#marchofthesequels Review: The Crossover Paradox by Rob Edwards

Return to the Justice Academy, the galaxy’s premier college for superheroes!

Back for his second year, Grey wants nothing more than to spend time with his friends and maybe take a class or two. A normal student life. Instead, Grey’s friends are all distracted by their own problems and somebody is trying to break his nemesis out of jail.

When tragedy strikes the Academy, Grey finds himself stuck between the roles of investigator and prime suspect. Chased across the galaxy and back, Grey must face a dark secret from the Academy’s past. Grey cannot hope to defeat it alone, but cut off from his friends, can he trust an unexpected crossover?

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My Review

Thank you to the author, Rob Edwards for sending me a digital copy of this book in exchange for an honest review. My opinions are my own.

The Crossover Paradox is book 2 in the Justice Academy series, and is the sequel to the middle grade/YA superhero story, The Ascension Machine which I read and reviewed last year. Read my review here.

The Crossover Paradox sees the return of Grey, the main character in The Ascension Machine, from whose perspective the story is told, as he returns for year two at the Justice Academy school for superheroes, where not all superheroes need superpowers.

“Technically, Grey isn’t the name on my ID, but since that name is also fake, I’m not sure why I should be limited by it. Grey is who I chose to be, and so far, he’s been the most successful me I’ve ever been. The first year I was Grey, I made a lot of friends, enrolled in college (although that was under yet another name) and stopped an alien invasion.”

Some of his friends gained powers after coming into contact with The Ascension Machine in the first book of the series, but Grey does not feel in any way changed. He is glad to be returning after his summer break and looking forward to seeing the group of friends he made in year one, especially his roommate from last year, Seventhirtyfour and Lucy Sky Diamond who he hopes might become his girlfriend. Unfortunately these hopes are thwarted and he finds himself in a far from perfect second year, where Seventhirtyfour is accompanied by more Brontom clones who expect him to hang out and room with them rather than with Grey, Lucy brings a new boyfriend from her home world to the Academy with her and a teacher is murdered soon after term begins. The teacher is the aunt of his good friend, Avrim, and Grey feels compelled to lead an investigation into her death in parallel with the official investigation undertaken by the staff who seem to think Grey is suspect number one. The story becomes a murder mystery at this point with plenty of clues to follow as to the identity of the murderer.

The book is full of action, which starts right away, before Grey even reaches the Justice Academy. He is involved in an exciting chase on the space station where he spent his summer break. This sets the tone for the novel and the fast pace continues right through the book, making it difficult to put down.

There are plenty of intriguing alien species, superheroes with and without powers and unexpected twists in the tale which will keep you guessing. There is of course a supervillain with ridiculously OP powers and everyone needs to work together in order to attempt to take him on.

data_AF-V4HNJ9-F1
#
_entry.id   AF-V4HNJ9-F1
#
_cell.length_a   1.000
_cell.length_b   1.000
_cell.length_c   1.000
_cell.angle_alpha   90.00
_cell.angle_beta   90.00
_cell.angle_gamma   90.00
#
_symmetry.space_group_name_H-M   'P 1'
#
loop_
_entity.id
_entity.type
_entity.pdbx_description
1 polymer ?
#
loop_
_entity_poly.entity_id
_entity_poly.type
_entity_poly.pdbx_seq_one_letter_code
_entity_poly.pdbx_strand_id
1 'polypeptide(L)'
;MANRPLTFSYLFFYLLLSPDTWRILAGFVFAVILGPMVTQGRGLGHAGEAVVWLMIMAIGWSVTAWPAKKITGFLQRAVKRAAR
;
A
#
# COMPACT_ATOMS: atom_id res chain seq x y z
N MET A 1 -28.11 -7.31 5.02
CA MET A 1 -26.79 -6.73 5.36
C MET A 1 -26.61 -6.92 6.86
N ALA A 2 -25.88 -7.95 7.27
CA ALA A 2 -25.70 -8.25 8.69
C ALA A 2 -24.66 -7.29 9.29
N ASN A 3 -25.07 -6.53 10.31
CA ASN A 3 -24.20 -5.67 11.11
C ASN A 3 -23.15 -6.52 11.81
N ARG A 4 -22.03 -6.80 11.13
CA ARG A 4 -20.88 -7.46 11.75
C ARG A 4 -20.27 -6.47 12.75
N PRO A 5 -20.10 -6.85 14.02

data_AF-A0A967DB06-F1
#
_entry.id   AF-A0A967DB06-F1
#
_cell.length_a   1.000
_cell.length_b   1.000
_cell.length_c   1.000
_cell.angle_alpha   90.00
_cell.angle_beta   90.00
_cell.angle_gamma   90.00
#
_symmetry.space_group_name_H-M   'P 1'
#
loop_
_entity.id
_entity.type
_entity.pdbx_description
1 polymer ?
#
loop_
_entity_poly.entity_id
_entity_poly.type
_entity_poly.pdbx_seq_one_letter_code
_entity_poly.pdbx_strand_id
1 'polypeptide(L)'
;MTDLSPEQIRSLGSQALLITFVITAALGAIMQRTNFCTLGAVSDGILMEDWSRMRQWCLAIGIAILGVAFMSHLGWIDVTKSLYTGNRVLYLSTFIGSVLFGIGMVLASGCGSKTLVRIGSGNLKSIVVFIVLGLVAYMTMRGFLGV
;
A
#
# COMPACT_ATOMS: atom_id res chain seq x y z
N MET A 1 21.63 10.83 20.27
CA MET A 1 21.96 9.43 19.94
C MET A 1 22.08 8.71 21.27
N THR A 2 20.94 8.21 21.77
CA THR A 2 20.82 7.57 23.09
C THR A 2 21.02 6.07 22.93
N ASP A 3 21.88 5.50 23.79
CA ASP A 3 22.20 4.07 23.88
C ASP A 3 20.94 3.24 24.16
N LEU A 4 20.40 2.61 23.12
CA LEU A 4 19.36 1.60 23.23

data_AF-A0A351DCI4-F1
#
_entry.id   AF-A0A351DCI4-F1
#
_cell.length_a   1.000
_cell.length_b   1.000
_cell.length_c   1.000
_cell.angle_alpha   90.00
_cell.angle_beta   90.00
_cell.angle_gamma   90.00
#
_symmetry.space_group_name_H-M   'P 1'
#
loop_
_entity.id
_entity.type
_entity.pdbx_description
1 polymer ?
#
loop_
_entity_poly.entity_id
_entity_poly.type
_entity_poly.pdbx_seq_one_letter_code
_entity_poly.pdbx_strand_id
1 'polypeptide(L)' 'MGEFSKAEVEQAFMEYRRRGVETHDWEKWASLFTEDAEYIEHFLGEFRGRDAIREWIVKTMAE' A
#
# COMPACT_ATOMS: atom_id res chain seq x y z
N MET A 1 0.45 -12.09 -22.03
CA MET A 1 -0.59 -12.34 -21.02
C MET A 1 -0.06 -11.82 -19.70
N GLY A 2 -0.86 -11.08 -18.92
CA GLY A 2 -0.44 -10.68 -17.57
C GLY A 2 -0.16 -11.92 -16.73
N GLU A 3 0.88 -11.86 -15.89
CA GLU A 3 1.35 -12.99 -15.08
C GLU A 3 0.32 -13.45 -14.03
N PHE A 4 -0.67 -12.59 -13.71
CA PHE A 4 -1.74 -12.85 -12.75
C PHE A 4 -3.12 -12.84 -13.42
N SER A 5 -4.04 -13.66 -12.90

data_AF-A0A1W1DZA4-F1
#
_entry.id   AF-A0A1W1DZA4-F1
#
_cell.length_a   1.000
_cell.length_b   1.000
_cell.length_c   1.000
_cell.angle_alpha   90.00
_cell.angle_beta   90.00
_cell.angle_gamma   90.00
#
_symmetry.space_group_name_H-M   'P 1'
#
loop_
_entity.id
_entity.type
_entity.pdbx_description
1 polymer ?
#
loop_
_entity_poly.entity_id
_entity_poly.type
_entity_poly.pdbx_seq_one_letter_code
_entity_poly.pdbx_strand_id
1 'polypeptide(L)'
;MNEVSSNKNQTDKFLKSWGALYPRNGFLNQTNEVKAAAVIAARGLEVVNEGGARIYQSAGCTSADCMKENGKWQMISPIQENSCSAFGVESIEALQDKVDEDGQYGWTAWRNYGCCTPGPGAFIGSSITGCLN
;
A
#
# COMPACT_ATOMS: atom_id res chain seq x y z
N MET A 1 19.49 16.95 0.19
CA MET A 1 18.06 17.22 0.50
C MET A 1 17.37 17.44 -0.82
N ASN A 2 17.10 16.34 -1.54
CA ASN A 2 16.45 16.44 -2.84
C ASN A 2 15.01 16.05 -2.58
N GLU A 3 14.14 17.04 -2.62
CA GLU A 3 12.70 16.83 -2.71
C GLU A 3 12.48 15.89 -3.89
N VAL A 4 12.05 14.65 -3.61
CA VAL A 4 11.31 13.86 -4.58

The world building in the book is solid, we shift scenes from a space station to the Academy, then to another space station, to the dreaded Tartarus, high security prison on the Academy home world, the beach, the jungle around the Academy and another space station. Each of these are described with enough detail to make them easy to visualise:

It was surprisingly mundane. A plain steel slab set into a heavy concrete wall. Not even a sign to tell you what the building was, but I suppose that wasn’t necessary. Even the students who weren’t criminals knew this place and what it was for. In my worst imagining of this, I’d pictured a thunderstorm overhead, blackening the sky and punctuating the proceedings with jagged knives of lightning. Instead, I could make out the far-off sounds of an Academy beach party in progress. At least it was dusk. That lent a modicum of drama to the proceedings.

The “Crossover Paradox” of the title is described as a concept which occurs in superhero stories whereby two rival superheroes begin by fighting each other and then end up teaming up in order to defeat a super villain. Towards the end of the story, the principal of the Academy tells Grey:

“Perhaps this is just our form of conflict before we inevitably team up and defeat the true villain. The crossover paradox.”

Aimed at Middle grade and YA readers, there are once again positive messages of teamwork, self-acceptance and self-belief. Grey is a brave and loveable rogue who falls back into his grifting tendencies when he leaves the Academy for a while, but he misses the Academy and his friends and will always put his friends and his loyalty towards them first. Highly recommended to fans of superhero stories and stories with school settings.


About the Author

Rob Edwards is a British born writer and podcaster, living in Finland.  His podcast, StorycastRob, features readings from his short stories and excerpts from longer work.  His work can also be found in anthologies from Inklings Press and Rivenstone Press.

His debut novel, the scifi superhero adventure The Ascension Machine launched September 2020, and a sequel can be expected soon.

His greatest geek pride is his entry on wookieepedia, the a result of writing several Star Wars RPG scenarios back in the day.

Twitter | Website

One thought on “#marchofthesequels Review: The Crossover Paradox by Rob Edwards

  1. Pingback: March of the Sequels Hub | Sue's Musings

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